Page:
5. Objectively introduce and develop topics, incorporating evidence and maintaining an organized structure and a formal style.
  6. Compose a thesis statement for persuasive writing that advocates a position.
  7. Clearly state and defend a position using reasons and sufficient evidence from credible sources as support.
  8. Identify counterclaims and provide counter - arguments.
  9. Show relationships among claims, reasons, and evidence and include a conclusion that follows logically from the information presented.
  10. Blend multiple forms of writing including embedding a narrative to produce effective essays.
  11. Elaborate ideas clearly through word choice.
  12. Use textual evidence to compare and contrast multiple texts.
  13. Revise writing for clarity of content, accuracy, and depth of information.
  14. Write and revise to a standard acceptable both in the workplace and in postsecondary education.

10.8

The student will find, evaluate, and select credible resources to create a research product.
  1. Verify the accuracy, validity, and usefulness of information.
  2. Analyze information gathered from diverse sources by identifying misconceptions, main and supporting ideas, conflicting information, and point of view or bias.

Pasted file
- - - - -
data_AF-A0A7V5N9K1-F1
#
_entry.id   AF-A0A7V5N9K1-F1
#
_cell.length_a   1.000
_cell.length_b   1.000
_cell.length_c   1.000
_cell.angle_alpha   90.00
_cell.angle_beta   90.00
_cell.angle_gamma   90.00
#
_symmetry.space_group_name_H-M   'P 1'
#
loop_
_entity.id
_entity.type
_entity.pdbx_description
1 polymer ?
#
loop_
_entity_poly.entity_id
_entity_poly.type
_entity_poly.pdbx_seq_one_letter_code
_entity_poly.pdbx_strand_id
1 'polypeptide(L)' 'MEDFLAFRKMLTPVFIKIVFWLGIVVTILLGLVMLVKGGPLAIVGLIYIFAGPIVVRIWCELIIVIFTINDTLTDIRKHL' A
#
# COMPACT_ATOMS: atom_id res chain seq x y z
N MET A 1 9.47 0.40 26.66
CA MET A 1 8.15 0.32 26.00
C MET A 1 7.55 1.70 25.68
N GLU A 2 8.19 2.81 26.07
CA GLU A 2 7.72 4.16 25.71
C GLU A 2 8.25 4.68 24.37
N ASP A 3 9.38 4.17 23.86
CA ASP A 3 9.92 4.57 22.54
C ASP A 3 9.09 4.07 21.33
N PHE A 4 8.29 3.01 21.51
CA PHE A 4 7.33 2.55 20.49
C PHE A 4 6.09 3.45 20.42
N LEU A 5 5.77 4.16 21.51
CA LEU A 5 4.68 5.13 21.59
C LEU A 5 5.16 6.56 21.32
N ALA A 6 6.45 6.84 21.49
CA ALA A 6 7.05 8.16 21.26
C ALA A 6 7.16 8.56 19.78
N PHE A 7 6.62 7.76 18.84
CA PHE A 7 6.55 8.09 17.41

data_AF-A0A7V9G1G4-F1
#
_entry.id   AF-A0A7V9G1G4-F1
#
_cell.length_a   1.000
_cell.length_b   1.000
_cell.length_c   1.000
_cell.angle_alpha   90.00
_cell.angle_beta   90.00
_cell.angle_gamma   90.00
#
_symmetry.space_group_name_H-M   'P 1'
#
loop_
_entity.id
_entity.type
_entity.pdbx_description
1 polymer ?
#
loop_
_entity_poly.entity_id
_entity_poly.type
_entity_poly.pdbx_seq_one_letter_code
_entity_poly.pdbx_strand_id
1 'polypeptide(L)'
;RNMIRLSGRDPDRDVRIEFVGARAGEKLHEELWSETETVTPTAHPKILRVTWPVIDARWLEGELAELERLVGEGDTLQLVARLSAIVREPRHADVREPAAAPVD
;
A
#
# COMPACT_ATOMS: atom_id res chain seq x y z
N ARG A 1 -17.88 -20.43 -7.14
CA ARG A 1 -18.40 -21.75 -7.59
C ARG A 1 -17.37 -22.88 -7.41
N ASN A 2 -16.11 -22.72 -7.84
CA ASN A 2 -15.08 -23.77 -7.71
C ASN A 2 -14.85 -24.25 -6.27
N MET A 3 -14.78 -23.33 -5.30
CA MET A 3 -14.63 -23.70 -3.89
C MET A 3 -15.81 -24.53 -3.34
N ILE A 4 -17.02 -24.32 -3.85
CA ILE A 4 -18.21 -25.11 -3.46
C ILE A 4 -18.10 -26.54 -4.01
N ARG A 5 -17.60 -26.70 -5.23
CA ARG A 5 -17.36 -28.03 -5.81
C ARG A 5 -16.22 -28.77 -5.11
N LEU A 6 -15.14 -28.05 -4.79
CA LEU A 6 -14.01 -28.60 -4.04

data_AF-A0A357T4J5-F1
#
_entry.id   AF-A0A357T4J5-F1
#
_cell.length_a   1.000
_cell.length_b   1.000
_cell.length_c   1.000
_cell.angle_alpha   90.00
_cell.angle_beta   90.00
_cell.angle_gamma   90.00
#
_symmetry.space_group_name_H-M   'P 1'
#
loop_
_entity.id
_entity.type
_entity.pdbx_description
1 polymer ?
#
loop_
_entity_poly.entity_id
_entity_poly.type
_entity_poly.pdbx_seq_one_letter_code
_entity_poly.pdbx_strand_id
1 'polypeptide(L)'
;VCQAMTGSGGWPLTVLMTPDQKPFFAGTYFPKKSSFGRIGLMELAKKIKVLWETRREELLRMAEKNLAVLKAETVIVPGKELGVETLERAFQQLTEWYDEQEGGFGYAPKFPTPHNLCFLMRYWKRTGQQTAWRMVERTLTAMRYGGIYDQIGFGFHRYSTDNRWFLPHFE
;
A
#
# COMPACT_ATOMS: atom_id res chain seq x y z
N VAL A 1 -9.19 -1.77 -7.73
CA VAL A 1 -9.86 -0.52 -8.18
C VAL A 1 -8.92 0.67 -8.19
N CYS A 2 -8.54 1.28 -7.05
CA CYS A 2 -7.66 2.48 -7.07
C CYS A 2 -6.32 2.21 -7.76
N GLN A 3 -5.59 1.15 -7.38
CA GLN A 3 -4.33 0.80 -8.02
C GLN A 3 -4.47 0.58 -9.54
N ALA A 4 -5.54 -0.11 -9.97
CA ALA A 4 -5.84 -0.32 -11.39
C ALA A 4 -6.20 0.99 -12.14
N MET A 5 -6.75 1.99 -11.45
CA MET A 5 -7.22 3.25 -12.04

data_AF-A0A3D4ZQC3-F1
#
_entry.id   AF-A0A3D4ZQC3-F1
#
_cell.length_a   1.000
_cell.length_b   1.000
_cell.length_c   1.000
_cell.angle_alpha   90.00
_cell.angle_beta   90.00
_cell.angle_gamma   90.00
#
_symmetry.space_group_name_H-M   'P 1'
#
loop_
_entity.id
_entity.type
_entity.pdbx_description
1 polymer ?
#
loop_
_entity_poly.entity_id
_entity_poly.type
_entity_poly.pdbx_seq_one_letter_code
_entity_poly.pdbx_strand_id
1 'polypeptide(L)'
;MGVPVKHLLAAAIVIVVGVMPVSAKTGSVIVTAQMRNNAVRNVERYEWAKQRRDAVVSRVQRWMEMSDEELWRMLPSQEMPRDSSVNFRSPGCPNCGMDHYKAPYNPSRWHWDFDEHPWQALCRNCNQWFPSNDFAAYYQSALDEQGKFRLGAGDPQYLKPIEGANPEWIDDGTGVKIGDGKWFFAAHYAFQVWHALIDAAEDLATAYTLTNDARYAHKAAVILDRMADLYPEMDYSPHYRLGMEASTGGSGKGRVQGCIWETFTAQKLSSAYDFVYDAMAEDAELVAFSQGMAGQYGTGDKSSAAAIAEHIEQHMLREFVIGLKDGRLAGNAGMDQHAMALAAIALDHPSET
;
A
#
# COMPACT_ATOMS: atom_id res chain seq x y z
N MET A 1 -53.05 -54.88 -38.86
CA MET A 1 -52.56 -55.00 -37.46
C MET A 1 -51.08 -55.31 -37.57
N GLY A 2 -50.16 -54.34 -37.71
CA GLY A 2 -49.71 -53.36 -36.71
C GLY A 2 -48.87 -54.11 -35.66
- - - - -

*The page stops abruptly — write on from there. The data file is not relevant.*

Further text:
3. Evaluate and select evidence from a variety of sources to introduce counter claims and to support claims.
  4. Cite sources for both quoted and paraphrased ideas using a standard method of documentation, such as that of the Modern Language Association (MLA) or the American Psychological Association (APA).
  5. Define the meaning and consequences of plagiarism and follow ethical and legal guidelines for gathering and using information.
  6. Demonstrate ethical use of the Internet.

11.5

The student will read, interpret, analyze, and evaluate a variety of nonfiction texts including employment documents and technical writing.
  1. Apply information from texts to clarify understanding of concepts.
  2. Read and correctly interpret an application for employment, workplace documents, or an application for college admission.
  3. Analyze technical writing for clarity.
  4. Paraphrase and synthesize ideas within and between texts.
  5. Draw conclusions and make inferences on explicit and implied information using textual support.
  6. Analyze multiple texts addressing the same topic to determine how authors reach similar or different conclusions.
  7. Analyze false premises, claims, counterclaims, and other evidence in persuasive writing.